Find a good job. You'll be happy. Fall in love. You’ll be happy. Get married. You’ll be happy. Buy a home. You’ll be happy. Have babies. You’ll be happy. I used to think if I did all the things I was supposed to do, and did them perfectly, happiness would find me. I was wrong.
Happiness doesn’t always occur naturally. Sometimes we need to fight for it. And, that can be hard when the stress of parenting sets in. Because when we feel stressed, we become overwhelmed. And, we go into survival mode where it's sticky and escaping is a challenge.
There’s no such thing as happy when you’re drowning. I know. I flailed about in survival mode for several years. And, all the pervasive “surviving the baby years”/“surviving the toddler years” messages certainly didn’t help my “this life happened to me and I have to handle it perfectly or I’ll never be happy” mentality. I delighted in how universally acceptable it was for Mommy to reward herself for “getting through the day” with a glass of wine at dinner.
I believed there was happiness in that glass of wine. After all, I deserved it for all my hard work. My story has a lot of gory details but, suffice it to say, one glass in the evening turned into two glasses before dinner was over … turned into a bottle opened before dinner and finished before bed … turned into drinking all day. And running a business. And being a mom. And a wife. And pretending I was happy about all of it. Fake it ‘til you make it. Trying to survive. When all I really wanted to do was die.
This is not a “don’t reward yourself with a glass of wine” lecture. I'm not saying parents shouldn’t drink. Drink if you “want” to, but not because you “need” to, and only if you can do it with control. I envy the ever-living snot out all my momma friends who can have one glass of wine and be done with it. I idolize their presence on this planet. Think Wayne’s World and the “we’re not worthy” chant – that’s me to those who can drink. “One and done” with an adult beverage is a foreign concept to me, a language I know I will never speak.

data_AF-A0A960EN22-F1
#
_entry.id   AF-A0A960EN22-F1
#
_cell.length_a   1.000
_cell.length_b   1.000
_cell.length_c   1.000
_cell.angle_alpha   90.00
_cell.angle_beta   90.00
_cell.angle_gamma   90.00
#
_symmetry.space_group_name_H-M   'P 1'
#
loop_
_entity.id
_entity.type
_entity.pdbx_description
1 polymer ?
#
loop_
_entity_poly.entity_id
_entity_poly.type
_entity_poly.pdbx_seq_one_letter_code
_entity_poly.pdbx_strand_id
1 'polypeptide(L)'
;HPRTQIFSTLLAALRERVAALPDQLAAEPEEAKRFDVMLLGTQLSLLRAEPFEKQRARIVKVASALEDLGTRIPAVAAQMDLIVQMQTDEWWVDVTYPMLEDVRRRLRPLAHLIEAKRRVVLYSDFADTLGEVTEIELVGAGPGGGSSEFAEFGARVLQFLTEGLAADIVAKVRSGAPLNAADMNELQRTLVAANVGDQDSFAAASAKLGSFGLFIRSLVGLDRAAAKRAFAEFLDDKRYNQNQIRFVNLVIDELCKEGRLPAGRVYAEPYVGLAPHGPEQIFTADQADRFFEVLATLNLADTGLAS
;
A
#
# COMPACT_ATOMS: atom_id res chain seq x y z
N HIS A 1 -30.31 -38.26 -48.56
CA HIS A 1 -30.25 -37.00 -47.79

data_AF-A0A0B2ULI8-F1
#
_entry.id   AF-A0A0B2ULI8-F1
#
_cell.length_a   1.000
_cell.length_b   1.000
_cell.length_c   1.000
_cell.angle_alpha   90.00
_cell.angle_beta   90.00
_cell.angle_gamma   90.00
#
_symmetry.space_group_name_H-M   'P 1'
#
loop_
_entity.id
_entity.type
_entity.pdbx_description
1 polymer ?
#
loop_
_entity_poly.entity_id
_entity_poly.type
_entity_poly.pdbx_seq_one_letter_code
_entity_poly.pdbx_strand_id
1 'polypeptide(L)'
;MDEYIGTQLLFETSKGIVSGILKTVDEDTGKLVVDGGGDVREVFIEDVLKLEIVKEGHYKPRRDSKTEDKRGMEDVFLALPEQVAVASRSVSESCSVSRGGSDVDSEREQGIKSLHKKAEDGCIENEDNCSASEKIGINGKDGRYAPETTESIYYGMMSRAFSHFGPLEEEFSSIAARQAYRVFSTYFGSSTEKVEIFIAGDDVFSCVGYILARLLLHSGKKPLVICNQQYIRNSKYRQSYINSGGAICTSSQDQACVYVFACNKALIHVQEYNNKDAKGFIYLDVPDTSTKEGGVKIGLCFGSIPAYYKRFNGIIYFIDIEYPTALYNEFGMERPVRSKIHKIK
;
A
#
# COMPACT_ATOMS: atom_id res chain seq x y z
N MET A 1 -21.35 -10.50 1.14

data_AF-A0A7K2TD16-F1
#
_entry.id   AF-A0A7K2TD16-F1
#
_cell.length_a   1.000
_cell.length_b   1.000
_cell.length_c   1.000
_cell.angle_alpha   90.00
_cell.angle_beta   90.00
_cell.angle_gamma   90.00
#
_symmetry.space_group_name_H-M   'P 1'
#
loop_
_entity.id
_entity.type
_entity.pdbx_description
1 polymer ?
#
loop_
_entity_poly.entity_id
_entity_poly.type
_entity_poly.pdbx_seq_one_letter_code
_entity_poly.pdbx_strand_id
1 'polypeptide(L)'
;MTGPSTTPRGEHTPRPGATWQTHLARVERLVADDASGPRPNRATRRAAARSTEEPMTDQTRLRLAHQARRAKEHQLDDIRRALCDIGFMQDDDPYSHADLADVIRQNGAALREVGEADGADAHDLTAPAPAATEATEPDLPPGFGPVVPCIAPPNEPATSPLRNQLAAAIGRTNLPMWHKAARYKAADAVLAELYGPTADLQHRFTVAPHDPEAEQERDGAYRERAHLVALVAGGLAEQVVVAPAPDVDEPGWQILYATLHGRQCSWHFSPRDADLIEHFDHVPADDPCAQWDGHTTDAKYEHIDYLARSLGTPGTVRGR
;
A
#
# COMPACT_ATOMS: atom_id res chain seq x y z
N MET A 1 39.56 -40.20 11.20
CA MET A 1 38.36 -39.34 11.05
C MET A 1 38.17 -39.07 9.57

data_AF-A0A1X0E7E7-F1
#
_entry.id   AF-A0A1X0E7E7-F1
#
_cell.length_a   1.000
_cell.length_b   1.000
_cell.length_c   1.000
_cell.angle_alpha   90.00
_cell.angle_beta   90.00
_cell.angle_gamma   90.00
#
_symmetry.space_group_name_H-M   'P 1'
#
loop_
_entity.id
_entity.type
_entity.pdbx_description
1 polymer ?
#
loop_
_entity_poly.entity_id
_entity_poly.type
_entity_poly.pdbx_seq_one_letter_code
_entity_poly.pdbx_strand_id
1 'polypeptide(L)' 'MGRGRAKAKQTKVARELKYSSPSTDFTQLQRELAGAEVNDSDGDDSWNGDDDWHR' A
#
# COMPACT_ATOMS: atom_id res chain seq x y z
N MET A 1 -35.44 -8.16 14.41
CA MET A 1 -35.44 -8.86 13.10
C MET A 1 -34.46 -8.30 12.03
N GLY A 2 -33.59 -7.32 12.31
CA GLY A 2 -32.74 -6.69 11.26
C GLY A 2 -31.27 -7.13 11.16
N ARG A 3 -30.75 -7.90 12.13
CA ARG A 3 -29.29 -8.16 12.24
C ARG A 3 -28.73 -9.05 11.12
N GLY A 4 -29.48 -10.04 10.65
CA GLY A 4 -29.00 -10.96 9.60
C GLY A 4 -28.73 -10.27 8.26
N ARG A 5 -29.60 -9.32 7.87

This is a “find what makes you happy and be sure you have enough of it in your life” recommendation. My daily time out with my mommy juice did not make me happy. So I extended the duration of the time out and added more juice. The result was misery. Ultimately, I was lucky enough to realize the only way to get happy was to stop drinking.
But, that wasn’t enough. Since alcohol was my only method of self-care, cutting it out didn’t deliver the immediate happiness I was after. No more hangovers. No more wondering if I was going to get pulled over and arrested for driving while intoxicated. No more passing out on the sofa and waking up covered in red wine. No more trying to plan my fixes around work and family obligations. Quitting drinking was the best thing I have ever done for myself and my family. But, it was the only thing I was doing for myself. And, while I was proud. I still wasn’t truly happy.
I’ve been working on getting happy for more than a year now. And, while I no longer sweat the small stuff, most of what I do to achieve happiness is pretty small stuff.